The freezing point of water is 32 degrees Celsius. Is
this the temperature at which water freezes, or does water freeze below
32 degrees? The reason I ask is that I am an editing a children's text
book explaining the basics of weather. We have a statement in our book
that I believe may be inaccurate. Here is the statement: "Ice forms when
the temperature goes below 32 degrees." Is this correct, or does ice form
when water reaches 32 degrees? Which is it - at or below?
A couple of points:
1. Ice MELTS at 32 degrees FAHRENHEIT not CELSIUS.
Don't confuse the kids on that. The point here is if I have a piece of ice
below 32 F it will be solid. If I heat the piece of ice slowly it turns into
liquid water at 32 F. The reason you see ice cubes floating around in warmer
water or other liquids is that the heat must be transported from the warmer
liquid to the ice for it to melt and in the real world this takes time.
2. Going in the other direction, that is, cooling liquid water or water
vapor, things are more complicated. Both liquid water and water vapor can be
cooled to temperatures lower than 32 F without immediately forming solid
ice. Sometimes in carefully controlled conditions for quite a long time. The
reason for this is for liquid water, or water vapor, to form ice crystals,
there must be a site for the formation of the ice to begin. When that does
ice formation is very rapid. These non-equilibrium conditions are said to be
So saying, "Ice MELTS at 32 F." is a far more certain statement than
saying, "Liquid water [or vapor] FREEZES at 32 F." because under some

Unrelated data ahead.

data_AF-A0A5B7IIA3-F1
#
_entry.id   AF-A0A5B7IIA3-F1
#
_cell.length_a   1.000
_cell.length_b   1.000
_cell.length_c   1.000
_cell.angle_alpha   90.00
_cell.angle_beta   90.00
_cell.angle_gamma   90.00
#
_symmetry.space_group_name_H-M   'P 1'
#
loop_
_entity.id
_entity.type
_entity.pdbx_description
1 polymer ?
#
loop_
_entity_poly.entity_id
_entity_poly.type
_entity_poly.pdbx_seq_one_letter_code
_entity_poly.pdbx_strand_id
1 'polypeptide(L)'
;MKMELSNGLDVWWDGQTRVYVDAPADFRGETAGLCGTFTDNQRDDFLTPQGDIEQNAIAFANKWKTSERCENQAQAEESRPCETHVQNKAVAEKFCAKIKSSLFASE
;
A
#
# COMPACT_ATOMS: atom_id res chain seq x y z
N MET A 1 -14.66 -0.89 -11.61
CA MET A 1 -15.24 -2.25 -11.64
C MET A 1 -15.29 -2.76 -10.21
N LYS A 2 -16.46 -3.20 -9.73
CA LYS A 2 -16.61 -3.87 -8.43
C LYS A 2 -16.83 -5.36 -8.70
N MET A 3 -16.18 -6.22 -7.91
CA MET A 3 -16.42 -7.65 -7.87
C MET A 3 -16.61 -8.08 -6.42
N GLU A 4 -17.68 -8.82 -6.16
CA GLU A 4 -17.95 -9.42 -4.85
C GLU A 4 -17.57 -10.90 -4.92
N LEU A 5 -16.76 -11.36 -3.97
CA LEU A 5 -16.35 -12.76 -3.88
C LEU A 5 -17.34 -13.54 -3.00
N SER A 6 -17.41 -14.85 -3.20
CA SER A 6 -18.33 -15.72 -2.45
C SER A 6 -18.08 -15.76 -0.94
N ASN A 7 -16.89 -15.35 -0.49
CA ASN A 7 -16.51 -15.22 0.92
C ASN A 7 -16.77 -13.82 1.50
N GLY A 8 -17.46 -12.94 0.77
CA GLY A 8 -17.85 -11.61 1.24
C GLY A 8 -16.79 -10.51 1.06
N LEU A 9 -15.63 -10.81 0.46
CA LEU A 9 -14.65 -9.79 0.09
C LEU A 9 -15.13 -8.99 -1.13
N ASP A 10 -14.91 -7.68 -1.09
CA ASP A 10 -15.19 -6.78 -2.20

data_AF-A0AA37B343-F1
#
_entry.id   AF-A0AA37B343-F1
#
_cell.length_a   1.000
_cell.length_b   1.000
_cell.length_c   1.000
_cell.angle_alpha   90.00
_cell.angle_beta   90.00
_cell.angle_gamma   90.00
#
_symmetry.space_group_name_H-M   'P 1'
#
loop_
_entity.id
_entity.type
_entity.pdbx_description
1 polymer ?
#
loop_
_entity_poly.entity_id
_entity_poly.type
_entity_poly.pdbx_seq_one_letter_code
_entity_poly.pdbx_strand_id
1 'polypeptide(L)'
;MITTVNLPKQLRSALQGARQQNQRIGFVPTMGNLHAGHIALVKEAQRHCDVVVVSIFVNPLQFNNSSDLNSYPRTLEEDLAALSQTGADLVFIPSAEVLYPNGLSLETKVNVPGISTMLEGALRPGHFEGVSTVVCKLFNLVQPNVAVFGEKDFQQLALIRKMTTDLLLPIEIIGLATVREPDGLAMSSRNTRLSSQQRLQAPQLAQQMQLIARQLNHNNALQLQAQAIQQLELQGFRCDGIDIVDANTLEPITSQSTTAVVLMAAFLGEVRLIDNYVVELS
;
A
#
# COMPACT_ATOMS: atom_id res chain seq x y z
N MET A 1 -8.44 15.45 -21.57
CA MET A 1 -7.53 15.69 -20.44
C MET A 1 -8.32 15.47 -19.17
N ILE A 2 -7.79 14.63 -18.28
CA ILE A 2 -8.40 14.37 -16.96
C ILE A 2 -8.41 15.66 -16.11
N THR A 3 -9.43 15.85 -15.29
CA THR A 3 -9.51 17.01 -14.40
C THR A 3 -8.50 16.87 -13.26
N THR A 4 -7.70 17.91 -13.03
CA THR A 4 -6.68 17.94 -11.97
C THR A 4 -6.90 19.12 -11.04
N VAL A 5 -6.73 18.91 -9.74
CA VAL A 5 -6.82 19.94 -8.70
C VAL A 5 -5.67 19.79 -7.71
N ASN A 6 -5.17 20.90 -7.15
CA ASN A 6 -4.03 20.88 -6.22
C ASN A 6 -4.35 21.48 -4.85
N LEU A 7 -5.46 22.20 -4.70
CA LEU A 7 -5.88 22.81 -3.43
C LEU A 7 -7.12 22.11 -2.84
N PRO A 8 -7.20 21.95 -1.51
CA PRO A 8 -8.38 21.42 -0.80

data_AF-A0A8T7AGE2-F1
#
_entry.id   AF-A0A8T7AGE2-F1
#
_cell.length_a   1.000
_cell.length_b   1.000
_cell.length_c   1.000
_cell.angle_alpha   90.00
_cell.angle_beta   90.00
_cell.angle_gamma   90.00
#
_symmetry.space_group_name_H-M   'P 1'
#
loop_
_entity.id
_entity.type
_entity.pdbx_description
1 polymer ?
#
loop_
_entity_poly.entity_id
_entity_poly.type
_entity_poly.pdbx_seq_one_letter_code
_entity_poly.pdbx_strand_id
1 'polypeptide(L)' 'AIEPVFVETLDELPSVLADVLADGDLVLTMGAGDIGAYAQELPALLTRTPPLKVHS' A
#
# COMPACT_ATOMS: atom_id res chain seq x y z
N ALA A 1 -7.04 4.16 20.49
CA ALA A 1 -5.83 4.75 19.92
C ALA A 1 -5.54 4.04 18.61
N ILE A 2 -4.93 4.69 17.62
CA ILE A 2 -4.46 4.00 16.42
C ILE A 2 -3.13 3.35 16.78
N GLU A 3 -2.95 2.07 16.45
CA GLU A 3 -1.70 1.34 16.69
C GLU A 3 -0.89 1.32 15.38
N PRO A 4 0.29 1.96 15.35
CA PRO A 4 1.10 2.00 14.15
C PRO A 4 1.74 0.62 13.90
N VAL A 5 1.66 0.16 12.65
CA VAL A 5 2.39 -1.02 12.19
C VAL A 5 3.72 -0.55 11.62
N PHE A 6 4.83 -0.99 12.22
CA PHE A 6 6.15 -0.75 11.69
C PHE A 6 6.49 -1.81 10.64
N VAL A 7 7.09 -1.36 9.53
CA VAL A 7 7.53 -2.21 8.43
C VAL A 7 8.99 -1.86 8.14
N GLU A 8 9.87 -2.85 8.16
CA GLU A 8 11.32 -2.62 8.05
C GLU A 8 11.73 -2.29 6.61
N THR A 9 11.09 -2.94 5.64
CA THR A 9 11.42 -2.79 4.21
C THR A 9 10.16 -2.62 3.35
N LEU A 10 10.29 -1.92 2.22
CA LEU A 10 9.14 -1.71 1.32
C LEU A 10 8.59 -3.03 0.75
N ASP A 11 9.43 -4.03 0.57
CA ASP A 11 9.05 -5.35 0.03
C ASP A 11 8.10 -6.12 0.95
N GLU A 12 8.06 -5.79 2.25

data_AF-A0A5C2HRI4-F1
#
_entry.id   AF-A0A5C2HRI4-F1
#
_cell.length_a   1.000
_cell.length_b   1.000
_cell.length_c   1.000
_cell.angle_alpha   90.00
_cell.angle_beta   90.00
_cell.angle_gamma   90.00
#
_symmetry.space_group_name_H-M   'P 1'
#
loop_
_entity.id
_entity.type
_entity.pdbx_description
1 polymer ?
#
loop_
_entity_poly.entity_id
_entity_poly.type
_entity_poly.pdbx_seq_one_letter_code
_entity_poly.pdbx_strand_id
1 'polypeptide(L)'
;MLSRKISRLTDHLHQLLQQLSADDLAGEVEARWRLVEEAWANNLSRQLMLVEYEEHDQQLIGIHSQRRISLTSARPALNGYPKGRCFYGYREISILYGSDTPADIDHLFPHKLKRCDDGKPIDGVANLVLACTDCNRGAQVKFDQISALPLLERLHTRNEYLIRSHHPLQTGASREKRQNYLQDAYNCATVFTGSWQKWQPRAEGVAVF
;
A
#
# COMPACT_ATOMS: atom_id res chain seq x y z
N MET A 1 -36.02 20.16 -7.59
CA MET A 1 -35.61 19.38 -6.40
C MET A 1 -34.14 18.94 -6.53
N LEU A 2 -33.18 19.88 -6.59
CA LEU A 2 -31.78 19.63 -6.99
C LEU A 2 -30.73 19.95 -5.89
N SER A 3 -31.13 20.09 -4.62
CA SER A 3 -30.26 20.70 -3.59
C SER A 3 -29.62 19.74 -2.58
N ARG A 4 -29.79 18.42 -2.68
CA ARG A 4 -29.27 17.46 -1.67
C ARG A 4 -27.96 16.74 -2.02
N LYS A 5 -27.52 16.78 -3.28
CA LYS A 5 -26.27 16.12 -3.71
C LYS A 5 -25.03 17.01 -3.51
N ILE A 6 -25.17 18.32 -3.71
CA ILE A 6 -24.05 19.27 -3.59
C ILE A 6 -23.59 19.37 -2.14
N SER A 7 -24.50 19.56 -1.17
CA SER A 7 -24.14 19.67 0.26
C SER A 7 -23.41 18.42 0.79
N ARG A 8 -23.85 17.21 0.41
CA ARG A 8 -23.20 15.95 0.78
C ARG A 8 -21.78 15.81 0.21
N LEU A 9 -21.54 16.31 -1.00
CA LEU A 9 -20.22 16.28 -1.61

conditions it doesn't happen immediately.
Thanks for wanting to get the facts correct. Water freezes at 32 degrees
Fahrenheit and 0 degrees Celsius. (These are the same temperature on
scales.) Of course it will also freeze below that temperature. There are
times when the water does not have enough energy to move the molecules
crystalline arrangement before the temperature of the water drops lower. This
can happen in a number of ways. One possibility are rain drops... called
super-cooled droplets. When these strike something such as the ground, a car,
or an airplane in flight, the energy from the strike provided the energy for
the water to instantly change into ice.
Also, the temperature is a measure of the average energy of a molecule This
means that some molecules in 32 degree water have more energy and are not
candidates for forming a crystal (freezing, that is). Others will be less
32 degrees Fahrenheit.
For your kids book... assuming younger kids... I think "water freezes at 32
degrees Fahrenheit" would work fine and not be misleading them.
The melting point of frozen water under normal atmospheric conditions is 32
degrees FAHRENHEIT (not Celsius). This is well established in most
texts. There is some problem with calling it the freezing
point. Microscopic ice crystals actually start forming below 4 degrees C
(about 40 degrees F), which accounts for the densest liquid water gets at 4
C. As more of the ice crystals form, the density of water decreases a
little bit until the water actually changes phases to ice. One would
normally think that this happens at 32 F, but you can get super cooled
water that remains a liquid until 29 F and then rapidly freezes. This is
one of the events that occurs when there is freezing rain. The water
droplets are actually super cooled, and freeze on contact.
Depending on the age level for the book, you may want to include all of
this. If it is for a young audience, then I would stick with ice melting
at 32 F, but water freezes at or below 32 F.
I hope my colleagues who also answer this question agree with me!
---Nathan A. Unterman
My understanding is that it freezes AT 32 degrees. If you look at a
chemistry or physics text book, look up melting point or boiling point. you
will find a graph of the states of water...according to this, it freezes at
32. good luck
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Update: June 2012